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WANG Yong Heng, LI Ning, GUAN Yi, LI Tong, ZHANG Yu Xiu, CAO Hong, YU Zhi Hua, LI Zhi Heng, LI Shuo Yan, HU Jia Hao, ZHOU Wen Xin, QIN Si Si, LI Shuang, YAO San Qiao. SiO2 Induces Iron Overload and Ferroptosis in Cardiomyocytes in a Silicosis Mouse Model[J]. Biomedical and Environmental Sciences. doi: 10.3967/bes2024.087
Citation: WANG Yong Heng, LI Ning, GUAN Yi, LI Tong, ZHANG Yu Xiu, CAO Hong, YU Zhi Hua, LI Zhi Heng, LI Shuo Yan, HU Jia Hao, ZHOU Wen Xin, QIN Si Si, LI Shuang, YAO San Qiao. SiO2 Induces Iron Overload and Ferroptosis in Cardiomyocytes in a Silicosis Mouse Model[J]. Biomedical and Environmental Sciences. doi: 10.3967/bes2024.087

SiO2 Induces Iron Overload and Ferroptosis in Cardiomyocytes in a Silicosis Mouse Model

doi: 10.3967/bes2024.087
Funds:  This study was supported by the National Natural Science Foundation of China (No. U21A20334, 82373544), Hebei Provincial Department of Science and Technology Centrally Guided Local Development Fund Project (236Z7705G), Occupational health risk assessment and the formulation of national occupational health standards (102393220020090000020).
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  • Author Bio:

    WANG Yong Heng, male, born in 1980, Doctor, majoring in occupational pulmonary disease

  • Corresponding author: Shuang Li, lishuangdwzx@ncst.edu.cn; YAO San Qiao, E-mail: sanqiaoyao@126.com
  • All authors contributed to the conception and design of this study. WANG Yong Heng , YAO San Qiao, LI Shuang, LI Ning and GUAN Yi conceived and supervised the study and wrote the manuscript; LI Tong, ZHANG Yu Xiu, CAO Hong, YU Zhi Hua, LI Zhi Heng, LI Shuo Yan, HU Jia Hao, ZHOU Wen Xin, and QIN Si Si performed the experiments and analyzed the data. All authors have read and approved the final version of the manuscript and agree with the order of presentation.
  • The authors declare no conflicts of interest related to this study.
  • Received Date: 2023-10-12
  • Accepted Date: 2024-03-11
  • Objective The aim of this study was to explore the role and mechanism of ferroptosis in SiO2-induced cardiac injury using a mouse model.Methods Male C57BL/6 mice were intratracheally instilled with SiO2 to create a silicosis model. Ferrostatin-1 (Fer-1) and deferoxamine (DFO) were used to suppress ferroptosis. Serum biomarkers, oxidative stress markers, histopathology, iron content, and the expression of ferroptosis-related proteins were assessed.Results SiO2 altered serum cardiac injury biomarkers, oxidative stress, iron accumulation, and ferroptosis markers in myocardial tissue. Fer-1 and DFO reduced lipid peroxidation and iron overload, and alleviated SiO2-induced mitochondrial damage and myocardial injury. SiO2 inhibited Nuclear factor erythroid 2-related factor 2 (Nrf2) and its downstream antioxidant genes, while Fer-1 more potently reactivated Nrf2 compared to DFO.Conclusion Iron overload-induced ferroptosis contributes to SiO2-induced cardiac injury. Targeting ferroptosis by reducing iron accumulation or inhibiting lipid peroxidation protects against SiO2 cardiotoxicity, potentially via modulation of the Nrf2 pathway.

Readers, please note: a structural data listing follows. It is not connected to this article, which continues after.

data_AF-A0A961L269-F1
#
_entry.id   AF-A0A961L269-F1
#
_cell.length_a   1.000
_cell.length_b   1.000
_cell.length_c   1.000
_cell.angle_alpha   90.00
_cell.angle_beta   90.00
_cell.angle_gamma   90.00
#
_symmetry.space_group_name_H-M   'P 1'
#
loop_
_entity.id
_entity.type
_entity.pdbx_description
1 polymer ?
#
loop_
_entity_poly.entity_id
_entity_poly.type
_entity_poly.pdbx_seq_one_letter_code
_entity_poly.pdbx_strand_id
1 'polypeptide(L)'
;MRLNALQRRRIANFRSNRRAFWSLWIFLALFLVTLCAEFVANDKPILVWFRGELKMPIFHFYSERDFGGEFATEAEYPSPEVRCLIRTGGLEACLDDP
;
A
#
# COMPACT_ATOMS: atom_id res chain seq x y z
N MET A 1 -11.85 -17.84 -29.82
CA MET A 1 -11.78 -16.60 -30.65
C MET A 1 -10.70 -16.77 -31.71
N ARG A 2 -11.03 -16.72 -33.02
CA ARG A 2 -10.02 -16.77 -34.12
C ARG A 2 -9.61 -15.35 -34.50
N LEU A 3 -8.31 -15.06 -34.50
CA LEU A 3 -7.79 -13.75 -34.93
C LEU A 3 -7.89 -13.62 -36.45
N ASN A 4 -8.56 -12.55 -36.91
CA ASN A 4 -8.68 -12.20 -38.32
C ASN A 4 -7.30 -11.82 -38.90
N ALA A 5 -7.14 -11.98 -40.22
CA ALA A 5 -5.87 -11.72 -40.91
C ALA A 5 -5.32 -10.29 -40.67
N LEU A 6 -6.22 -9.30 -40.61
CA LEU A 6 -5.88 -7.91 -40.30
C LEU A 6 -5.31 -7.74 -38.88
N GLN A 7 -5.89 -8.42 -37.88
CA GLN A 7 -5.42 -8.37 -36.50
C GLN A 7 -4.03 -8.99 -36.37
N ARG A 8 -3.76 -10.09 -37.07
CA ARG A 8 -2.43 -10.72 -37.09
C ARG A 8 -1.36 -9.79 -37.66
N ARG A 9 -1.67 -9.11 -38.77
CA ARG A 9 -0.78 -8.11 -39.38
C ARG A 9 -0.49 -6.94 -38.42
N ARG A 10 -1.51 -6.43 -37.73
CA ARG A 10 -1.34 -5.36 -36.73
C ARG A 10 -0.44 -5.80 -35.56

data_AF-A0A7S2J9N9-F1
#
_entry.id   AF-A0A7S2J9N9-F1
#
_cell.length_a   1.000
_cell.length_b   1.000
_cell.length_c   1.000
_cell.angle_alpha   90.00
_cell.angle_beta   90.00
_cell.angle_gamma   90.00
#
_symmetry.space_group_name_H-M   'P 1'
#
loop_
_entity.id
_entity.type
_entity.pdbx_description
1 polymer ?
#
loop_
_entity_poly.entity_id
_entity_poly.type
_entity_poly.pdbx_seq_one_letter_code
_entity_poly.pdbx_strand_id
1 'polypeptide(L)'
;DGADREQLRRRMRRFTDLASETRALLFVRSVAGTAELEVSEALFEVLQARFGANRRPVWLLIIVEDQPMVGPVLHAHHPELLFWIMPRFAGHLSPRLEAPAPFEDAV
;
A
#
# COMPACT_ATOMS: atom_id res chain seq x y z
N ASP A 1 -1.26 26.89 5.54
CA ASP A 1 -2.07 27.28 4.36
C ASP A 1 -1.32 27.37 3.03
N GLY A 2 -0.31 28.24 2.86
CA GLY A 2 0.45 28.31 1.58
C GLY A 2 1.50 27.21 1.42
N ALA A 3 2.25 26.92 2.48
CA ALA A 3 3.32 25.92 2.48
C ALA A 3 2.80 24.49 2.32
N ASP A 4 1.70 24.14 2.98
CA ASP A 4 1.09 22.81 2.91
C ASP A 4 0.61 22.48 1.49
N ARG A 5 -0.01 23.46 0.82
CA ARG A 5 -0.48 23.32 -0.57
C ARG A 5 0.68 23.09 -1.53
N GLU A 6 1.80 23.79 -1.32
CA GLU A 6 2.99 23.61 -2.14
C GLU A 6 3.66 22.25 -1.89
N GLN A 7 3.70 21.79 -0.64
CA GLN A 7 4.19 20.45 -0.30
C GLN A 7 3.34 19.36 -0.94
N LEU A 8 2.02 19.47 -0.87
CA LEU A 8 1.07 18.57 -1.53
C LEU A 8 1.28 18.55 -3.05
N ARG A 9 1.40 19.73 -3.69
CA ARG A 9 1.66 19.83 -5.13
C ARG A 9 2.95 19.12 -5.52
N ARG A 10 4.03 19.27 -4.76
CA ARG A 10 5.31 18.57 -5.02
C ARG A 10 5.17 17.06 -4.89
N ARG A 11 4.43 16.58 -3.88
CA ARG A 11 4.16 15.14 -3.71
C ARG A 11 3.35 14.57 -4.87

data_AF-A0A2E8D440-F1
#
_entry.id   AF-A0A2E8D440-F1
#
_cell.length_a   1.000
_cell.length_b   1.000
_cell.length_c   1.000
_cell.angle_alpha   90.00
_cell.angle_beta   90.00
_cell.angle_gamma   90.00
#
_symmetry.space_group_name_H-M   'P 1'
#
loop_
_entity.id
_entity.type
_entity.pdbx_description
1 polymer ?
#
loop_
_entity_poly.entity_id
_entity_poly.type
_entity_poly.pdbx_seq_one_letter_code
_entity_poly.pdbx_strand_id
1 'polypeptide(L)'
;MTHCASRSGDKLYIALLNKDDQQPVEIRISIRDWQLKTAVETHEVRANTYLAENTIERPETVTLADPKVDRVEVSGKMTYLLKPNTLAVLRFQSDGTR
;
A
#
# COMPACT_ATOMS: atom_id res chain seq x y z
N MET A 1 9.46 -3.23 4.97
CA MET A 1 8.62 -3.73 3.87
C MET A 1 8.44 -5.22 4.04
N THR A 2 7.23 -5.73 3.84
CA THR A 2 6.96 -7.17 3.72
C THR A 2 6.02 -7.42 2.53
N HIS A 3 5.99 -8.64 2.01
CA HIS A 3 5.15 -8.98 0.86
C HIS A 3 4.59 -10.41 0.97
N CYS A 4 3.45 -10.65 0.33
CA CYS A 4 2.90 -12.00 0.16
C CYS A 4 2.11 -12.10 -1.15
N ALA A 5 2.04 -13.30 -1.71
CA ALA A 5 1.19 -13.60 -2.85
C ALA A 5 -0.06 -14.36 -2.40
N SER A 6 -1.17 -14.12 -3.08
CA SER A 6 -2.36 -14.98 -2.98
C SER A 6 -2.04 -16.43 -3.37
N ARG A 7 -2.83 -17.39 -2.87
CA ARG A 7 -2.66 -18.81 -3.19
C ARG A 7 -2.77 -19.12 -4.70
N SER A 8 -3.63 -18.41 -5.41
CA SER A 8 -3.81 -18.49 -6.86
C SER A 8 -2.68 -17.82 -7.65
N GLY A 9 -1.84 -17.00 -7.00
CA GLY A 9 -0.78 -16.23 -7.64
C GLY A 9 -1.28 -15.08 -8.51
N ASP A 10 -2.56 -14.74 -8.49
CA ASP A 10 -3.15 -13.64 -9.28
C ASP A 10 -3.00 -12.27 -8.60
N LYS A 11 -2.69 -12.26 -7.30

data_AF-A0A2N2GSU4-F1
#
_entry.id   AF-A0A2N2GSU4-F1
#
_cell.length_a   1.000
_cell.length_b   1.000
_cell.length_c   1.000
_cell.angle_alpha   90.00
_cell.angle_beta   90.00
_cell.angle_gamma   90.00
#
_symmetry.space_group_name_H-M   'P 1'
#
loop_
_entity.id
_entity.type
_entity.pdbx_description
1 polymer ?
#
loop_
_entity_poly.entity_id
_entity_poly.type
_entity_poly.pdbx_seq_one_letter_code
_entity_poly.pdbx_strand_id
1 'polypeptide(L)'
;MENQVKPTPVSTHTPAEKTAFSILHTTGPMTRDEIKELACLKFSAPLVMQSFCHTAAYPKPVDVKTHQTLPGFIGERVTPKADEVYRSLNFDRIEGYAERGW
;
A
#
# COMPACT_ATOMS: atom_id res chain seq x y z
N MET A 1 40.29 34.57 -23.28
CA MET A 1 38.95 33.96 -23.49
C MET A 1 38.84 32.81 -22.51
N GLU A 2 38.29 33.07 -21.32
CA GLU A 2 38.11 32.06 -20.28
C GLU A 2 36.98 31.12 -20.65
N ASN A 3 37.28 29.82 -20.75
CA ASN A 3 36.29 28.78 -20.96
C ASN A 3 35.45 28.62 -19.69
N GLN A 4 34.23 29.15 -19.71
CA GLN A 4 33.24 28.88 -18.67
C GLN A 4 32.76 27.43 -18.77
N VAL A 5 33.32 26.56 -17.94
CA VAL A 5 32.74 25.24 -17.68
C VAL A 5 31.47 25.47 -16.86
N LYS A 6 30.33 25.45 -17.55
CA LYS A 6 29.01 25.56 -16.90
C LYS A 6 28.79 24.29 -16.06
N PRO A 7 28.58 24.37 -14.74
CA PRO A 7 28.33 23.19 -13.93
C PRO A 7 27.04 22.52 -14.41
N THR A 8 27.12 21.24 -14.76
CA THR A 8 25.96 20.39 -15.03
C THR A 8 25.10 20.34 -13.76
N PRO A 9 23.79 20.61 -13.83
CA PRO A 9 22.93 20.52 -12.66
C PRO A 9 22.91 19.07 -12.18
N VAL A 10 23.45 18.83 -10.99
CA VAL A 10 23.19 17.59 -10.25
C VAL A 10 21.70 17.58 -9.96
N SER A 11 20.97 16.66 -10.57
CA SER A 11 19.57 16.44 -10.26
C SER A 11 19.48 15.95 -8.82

• All authors contributed to the conception and design of this study. WANG Yong Heng , YAO San Qiao, LI Shuang, LI Ning and GUAN Yi conceived and supervised the study and wrote the manuscript; LI Tong, ZHANG Yu Xiu, CAO Hong, YU Zhi Hua, LI Zhi Heng, LI Shuo Yan, HU Jia Hao, ZHOU Wen Xin, and QIN Si Si performed the experiments and analyzed the data. All authors have read and approved the final version of the manuscript and agree with the order of presentation.
    The authors declare no conflicts of interest related to this study.
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SiO2 Induces Iron Overload and Ferroptosis in Cardiomyocytes in a Silicosis Mouse Model

doi: 10.3967/bes2024.087
Funds:  This study was supported by the National Natural Science Foundation of China (No. U21A20334, 82373544), Hebei Provincial Department of Science and Technology Centrally Guided Local Development Fund Project (236Z7705G), Occupational health risk assessment and the formulation of national occupational health standards (102393220020090000020).
  • Author Bio:

  • Corresponding author: Shuang Li, lishuangdwzx@ncst.edu.cn YAO San Qiao, E-mail: sanqiaoyao@126.com